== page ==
Citroën produced the BX Sport from 1985 to 1987. During this period, Citroën manufactured 7,500 BX Sports; 2,500 in the first series, then an extra 5,000 due to its sales success. Rated at 126 PS (93 kW) at 5800 rpm and equipped with dual twin-barrel carburettors, the BX Sport was the most powerful BX in production at that time. The engine modifications, including a reshaped combustion chamber and larger valves, were developed by famous French tuner Danielson. It also stood out with its unique body kit, alloy wheels (later available on the GTi), a unique dashboard and Pullman interior. The body kit included a rear wing, side skirts, and fender extensions that added 10 cm to each side of the car, in order to accommodate the larger wheels. The car was only available in LHD, so it was not sold in the United Kingdom. Period road tests complimented the ride quality (as usual with Citroëns) but complained that the driving characteristics were not all that sporty as a result, even though the suspension had also been modified.
The BX GT was launched in 1985 and featured a 1.9 litre Peugeot-sourced engine, essentially the Sport engine with only one twin choke carburettor. Max power was 105 PS (77 kW). That same year, Citroën produced a “Digit” model, which was based on the BX GT. It featured a digital instrument cluster and an onboard computer. Citroën only produced 4,000 BX Digits in 1985.
Citroën entered Group B rallying with the BX in 1986. The specially designed rally BX 4TC bore little resemblance to the standard BX. It had a very long nose because the engine (a turbocharged version of Chrysler Europe’s Simca Type 180 engine) was mounted longitudinally unlike in the regular BX. The engine was downsleeved to 2,141.5 cc (from 2,155 cc) to stay under the three-litre limit after FIA’s multiplication factor of 1.4 was applied. The rally version of the BX also featured the unique hydropneumatic suspension, and the five-speed manual gearbox from Citroën SM. Because of the Group B regulations, 200 street versions of the 4TC also had to be built, with a 200 PS (147 kW) at 5,250 rpm version of the N9TE engine.
The 4TC was not successful in World Rally Championship competition, its best result being a sixth place in the 1986 Swedish Rally. The 4TC only participated in three rallies before the Group B class was banned in late 1986, following the death of Henri Toivonen in his Lancia Delta S4 at the Tour de Corse Rally. Already discouraged by the car’s poor performance in motorsport and the demise of Group B, Citroën was only able to sell 62 road-going 4TCs; build quality and reliability problems led Citroën to buy back many of these 4TCs for salvage and destruction. With only a fraction of the original 200 examples remaining, the 4TC is now highly sought-after.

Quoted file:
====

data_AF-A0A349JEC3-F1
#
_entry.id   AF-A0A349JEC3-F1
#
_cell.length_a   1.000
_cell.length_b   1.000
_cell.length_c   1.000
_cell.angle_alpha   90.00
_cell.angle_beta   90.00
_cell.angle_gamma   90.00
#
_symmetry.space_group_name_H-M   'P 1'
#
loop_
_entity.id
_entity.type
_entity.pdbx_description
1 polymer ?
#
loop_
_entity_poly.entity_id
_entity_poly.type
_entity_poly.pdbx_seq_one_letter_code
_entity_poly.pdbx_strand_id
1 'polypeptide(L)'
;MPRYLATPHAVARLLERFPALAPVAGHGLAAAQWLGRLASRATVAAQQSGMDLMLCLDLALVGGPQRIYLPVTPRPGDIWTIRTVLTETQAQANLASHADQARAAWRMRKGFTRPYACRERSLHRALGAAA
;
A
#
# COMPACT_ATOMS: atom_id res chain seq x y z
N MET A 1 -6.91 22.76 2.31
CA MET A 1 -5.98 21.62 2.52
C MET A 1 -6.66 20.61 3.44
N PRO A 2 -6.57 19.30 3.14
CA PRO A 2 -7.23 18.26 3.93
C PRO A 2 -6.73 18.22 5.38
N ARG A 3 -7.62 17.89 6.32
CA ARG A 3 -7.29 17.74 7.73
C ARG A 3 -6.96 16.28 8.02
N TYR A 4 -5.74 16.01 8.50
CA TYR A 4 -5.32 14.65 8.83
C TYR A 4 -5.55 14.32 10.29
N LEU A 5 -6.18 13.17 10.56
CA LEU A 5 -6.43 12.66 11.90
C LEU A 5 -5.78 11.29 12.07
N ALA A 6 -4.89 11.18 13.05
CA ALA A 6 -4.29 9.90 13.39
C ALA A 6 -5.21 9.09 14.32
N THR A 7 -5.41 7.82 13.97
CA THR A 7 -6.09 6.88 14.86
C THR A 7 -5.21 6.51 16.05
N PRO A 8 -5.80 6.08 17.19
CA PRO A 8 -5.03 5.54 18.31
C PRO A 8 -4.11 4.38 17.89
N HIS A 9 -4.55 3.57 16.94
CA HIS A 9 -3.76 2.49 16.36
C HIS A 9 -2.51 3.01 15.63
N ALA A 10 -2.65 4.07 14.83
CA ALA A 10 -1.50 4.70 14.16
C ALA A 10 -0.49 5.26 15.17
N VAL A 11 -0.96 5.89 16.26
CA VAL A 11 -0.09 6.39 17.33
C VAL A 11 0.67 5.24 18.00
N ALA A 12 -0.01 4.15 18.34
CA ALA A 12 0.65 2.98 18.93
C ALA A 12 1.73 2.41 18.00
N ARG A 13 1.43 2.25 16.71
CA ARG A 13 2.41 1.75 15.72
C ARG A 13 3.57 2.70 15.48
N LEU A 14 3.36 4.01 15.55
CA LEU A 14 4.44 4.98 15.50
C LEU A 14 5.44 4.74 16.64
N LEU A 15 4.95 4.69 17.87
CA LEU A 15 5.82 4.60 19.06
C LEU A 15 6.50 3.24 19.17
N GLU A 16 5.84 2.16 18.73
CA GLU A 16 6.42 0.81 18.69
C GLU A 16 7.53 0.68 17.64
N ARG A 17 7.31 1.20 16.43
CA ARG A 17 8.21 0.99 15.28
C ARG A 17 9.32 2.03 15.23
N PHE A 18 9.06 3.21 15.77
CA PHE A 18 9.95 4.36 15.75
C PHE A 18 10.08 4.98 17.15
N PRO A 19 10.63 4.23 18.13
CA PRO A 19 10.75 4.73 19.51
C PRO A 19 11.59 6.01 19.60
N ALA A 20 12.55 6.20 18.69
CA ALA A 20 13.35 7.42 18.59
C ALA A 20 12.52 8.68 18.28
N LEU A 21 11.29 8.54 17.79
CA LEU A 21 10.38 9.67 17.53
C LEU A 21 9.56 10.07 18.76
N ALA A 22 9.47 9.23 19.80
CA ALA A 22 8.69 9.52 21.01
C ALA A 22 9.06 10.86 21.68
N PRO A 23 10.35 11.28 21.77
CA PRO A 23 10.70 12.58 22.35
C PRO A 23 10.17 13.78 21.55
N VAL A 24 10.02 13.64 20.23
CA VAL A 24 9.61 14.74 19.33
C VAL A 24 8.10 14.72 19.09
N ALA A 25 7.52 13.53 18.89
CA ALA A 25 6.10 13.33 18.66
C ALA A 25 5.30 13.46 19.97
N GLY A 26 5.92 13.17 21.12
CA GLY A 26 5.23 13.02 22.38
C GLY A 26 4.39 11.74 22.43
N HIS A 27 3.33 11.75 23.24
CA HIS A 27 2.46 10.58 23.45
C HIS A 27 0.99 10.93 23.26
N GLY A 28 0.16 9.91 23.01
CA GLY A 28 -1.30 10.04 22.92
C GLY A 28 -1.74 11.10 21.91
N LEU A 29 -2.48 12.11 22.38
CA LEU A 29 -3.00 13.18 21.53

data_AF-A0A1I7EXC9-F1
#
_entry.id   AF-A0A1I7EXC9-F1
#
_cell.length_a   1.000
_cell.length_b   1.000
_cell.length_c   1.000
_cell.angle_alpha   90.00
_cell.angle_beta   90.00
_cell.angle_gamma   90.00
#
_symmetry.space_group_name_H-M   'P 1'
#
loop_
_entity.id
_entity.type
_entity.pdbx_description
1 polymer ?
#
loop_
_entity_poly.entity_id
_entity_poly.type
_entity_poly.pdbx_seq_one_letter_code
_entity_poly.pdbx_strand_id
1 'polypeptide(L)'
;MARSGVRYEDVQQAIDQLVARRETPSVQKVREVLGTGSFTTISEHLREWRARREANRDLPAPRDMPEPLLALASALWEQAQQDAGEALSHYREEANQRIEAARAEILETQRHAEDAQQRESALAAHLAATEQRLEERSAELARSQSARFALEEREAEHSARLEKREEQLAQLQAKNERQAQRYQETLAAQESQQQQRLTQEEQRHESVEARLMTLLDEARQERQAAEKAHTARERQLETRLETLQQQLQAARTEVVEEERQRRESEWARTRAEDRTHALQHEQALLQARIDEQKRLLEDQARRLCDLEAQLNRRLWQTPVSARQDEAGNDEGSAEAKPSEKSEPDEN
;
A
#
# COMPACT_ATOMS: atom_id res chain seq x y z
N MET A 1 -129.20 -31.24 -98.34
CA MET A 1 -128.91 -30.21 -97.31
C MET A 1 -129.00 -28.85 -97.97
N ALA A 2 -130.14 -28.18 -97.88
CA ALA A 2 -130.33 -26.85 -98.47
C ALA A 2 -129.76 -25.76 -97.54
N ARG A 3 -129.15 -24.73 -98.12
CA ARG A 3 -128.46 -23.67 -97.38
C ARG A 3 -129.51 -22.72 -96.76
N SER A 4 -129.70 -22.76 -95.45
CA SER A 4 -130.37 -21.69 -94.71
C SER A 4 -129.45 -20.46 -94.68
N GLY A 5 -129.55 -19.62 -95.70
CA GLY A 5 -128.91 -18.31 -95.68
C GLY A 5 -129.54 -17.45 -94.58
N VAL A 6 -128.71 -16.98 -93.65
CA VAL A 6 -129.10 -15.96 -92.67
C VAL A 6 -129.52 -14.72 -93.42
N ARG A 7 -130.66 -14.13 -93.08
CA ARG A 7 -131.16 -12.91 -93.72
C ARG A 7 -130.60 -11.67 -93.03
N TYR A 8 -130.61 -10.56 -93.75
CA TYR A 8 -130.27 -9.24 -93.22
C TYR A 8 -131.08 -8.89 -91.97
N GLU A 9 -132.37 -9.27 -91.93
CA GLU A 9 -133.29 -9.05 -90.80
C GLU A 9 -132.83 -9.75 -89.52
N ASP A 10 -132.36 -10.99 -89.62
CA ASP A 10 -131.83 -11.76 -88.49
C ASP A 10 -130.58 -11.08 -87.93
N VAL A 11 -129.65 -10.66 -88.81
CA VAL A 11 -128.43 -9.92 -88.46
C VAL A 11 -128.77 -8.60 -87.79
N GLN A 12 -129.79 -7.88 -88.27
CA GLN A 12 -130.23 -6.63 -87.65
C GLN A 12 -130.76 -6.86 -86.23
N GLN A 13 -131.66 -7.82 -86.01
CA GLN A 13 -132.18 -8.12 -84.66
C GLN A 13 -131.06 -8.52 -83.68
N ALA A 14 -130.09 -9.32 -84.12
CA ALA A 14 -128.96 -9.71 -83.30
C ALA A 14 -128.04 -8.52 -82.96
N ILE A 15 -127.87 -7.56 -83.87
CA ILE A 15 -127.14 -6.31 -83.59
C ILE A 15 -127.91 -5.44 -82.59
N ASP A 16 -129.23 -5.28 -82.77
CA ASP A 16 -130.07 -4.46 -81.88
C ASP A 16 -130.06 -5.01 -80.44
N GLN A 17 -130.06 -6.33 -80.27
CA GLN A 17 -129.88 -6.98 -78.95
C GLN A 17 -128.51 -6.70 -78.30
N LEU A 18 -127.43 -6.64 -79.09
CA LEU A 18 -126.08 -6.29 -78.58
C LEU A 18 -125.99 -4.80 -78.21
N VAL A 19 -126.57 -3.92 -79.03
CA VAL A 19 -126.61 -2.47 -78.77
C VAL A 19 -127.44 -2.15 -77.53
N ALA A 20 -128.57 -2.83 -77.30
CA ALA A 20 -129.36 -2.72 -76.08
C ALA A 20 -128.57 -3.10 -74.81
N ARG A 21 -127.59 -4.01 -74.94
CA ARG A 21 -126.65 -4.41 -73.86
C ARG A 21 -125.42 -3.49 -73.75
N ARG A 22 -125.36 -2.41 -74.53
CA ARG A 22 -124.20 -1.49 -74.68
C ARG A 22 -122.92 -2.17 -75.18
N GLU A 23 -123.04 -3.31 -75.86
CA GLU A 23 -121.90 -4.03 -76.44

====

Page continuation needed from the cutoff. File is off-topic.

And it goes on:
An uprated version of the BX GT, the BX19 GTi was fitted with an 1.9 litre eight-valve fuel injected engine producing 122 PS (90 kW) (this engine also fitted to the Peugeot 405 SRi, and was very similar to the engine also fitted to the 205 GTi, however the BX19 GTi and Peugeot 405 SRi used a different inlet manifold and cylinder head), a spoiler and firmer suspension spheres/anti-roll bar than the standard model; it could reach 198 km/h. There was also a special export model, the BX16 GTi, using the 113 PS (83 kW) XU5JA engine from the Peugeot 205 GTi 1.6. Top speed was 194 km/h.
In May 1987, a 16 Valve version of the GTi was launched. This was the first mass-produced French car to be fitted with a 16-valve engine. A DOHC twin-exhaust port cylinder head, based on that of the Peugeot 205 Turbo 16 Group B rally car was bolted to an uprated version of the 1905cc XU9 8v alloy engine block as fitted to the BX GTi and Peugeot 205 GTi. The result was the XU9J4; a naturally aspirated 1.9 litre engine, (also fitted to the phase 1 Peugeot 405 Mi16) producing 160 bhp (120 kW) and 177 N·m (131 lb·ft) of torque. It produced a specific output of 84 bhp/litre, which for a fixed cam-timing, naturally aspirated engine was fairly impressive at the time. This helped rocket the BX to 100 km/h (62 mph) in 7.4 seconds and then 160 km/h (99 mph) in 19.9 seconds before finally reaching a top speed of 220 km/h (140 mph). Anti-lock brakes were fitted as standard. Its side skirts made it easily recognizable from all other BX models. In 1990, the facelift of the 16 Valve gave the car a new lease of life. The updated car came with new fibreglass bumpers, anthracite painted wheels, smoked taillight lenses, and a redesigned rear spoiler. These cosmetic changes made the car look even more distinctive from other BXs. There were also a few subtle changes made to the car’s performance, the most noticeable being harder suspension and a thicker anti-roll bar, which improved handling. The BX 16 Valve was faster around a race-track than the “in house” competitor Peugeot 405 Mi16.